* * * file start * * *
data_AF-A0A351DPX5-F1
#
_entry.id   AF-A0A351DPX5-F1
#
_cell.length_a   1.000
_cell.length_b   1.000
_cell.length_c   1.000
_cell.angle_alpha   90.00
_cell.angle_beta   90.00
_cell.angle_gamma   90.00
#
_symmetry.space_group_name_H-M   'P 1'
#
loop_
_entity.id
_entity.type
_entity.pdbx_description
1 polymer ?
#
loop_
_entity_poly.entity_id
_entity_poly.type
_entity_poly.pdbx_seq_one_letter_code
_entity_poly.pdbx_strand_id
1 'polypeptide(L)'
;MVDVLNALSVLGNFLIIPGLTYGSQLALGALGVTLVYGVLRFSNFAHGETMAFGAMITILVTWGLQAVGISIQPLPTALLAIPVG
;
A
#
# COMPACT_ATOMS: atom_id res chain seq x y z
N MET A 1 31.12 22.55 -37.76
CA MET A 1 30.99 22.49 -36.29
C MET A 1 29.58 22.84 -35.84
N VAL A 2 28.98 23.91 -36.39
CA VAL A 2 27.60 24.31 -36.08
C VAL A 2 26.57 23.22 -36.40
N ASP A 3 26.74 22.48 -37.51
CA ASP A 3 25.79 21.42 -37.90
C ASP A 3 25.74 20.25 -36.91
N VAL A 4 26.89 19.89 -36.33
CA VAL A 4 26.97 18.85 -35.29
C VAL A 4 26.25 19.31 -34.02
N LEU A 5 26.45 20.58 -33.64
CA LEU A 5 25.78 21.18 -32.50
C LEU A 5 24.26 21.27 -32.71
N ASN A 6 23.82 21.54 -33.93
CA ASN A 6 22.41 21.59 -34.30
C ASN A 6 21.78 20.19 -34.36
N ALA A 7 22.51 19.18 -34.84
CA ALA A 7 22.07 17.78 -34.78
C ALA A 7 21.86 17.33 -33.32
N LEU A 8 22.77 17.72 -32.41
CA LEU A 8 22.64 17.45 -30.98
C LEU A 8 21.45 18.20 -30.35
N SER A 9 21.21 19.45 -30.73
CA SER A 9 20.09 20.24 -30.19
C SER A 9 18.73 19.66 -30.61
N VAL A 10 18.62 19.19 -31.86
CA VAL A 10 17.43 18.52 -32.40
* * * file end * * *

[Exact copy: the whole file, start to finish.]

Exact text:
data_AF-A0A351DPX5-F1
#
_entry.id   AF-A0A351DPX5-F1
#
_cell.length_a   1.000
_cell.length_b   1.000
_cell.length_c   1.000
_cell.angle_alpha   90.00
_cell.angle_beta   90.00
_cell.angle_gamma   90.00
#
_symmetry.space_group_name_H-M   'P 1'
#
loop_
_entity.id
_entity.type
_entity.pdbx_description
1 polymer ?
#
loop_
_entity_poly.entity_id
_entity_poly.type
_entity_poly.pdbx_seq_one_letter_code
_entity_poly.pdbx_strand_id
1 'polypeptide(L)'
;MVDVLNALSVLGNFLIIPGLTYGSQLALGALGVTLVYGVLRFSNFAHGETMAFGAMITILVTWGLQAVGISIQPLPTALLAIPVG
;
A
#
# COMPACT_ATOMS: atom_id res chain seq x y z
N MET A 1 31.12 22.55 -37.76
CA MET A 1 30.99 22.49 -36.29
C MET A 1 29.58 22.84 -35.84
N VAL A 2 28.98 23.91 -36.39
CA VAL A 2 27.60 24.31 -36.08
C VAL A 2 26.57 23.22 -36.40
N ASP A 3 26.74 22.48 -37.51
CA ASP A 3 25.79 21.42 -37.90
C ASP A 3 25.74 20.25 -36.91
N VAL A 4 26.89 19.89 -36.33
CA VAL A 4 26.97 18.85 -35.29
C VAL A 4 26.25 19.31 -34.02
N LEU A 5 26.45 20.58 -33.64
CA LEU A 5 25.78 21.18 -32.50
C LEU A 5 24.26 21.27 -32.71
N ASN A 6 23.82 21.54 -33.93
CA ASN A 6 22.41 21.59 -34.30
C ASN A 6 21.78 20.19 -34.36
N ALA A 7 22.51 19.18 -34.84
CA ALA A 7 22.07 17.78 -34.78
C ALA A 7 21.86 17.33 -33.32
N LEU A 8 22.77 17.72 -32.41
CA LEU A 8 22.64 17.45 -30.98
C LEU A 8 21.45 18.20 -30.35
N SER A 9 21.21 19.45 -30.73
CA SER A 9 20.09 20.24 -30.19
C SER A 9 18.73 19.66 -30.61
N VAL A 10 18.62 19.19 -31.86
CA VAL A 10 17.43 18.52 -32.40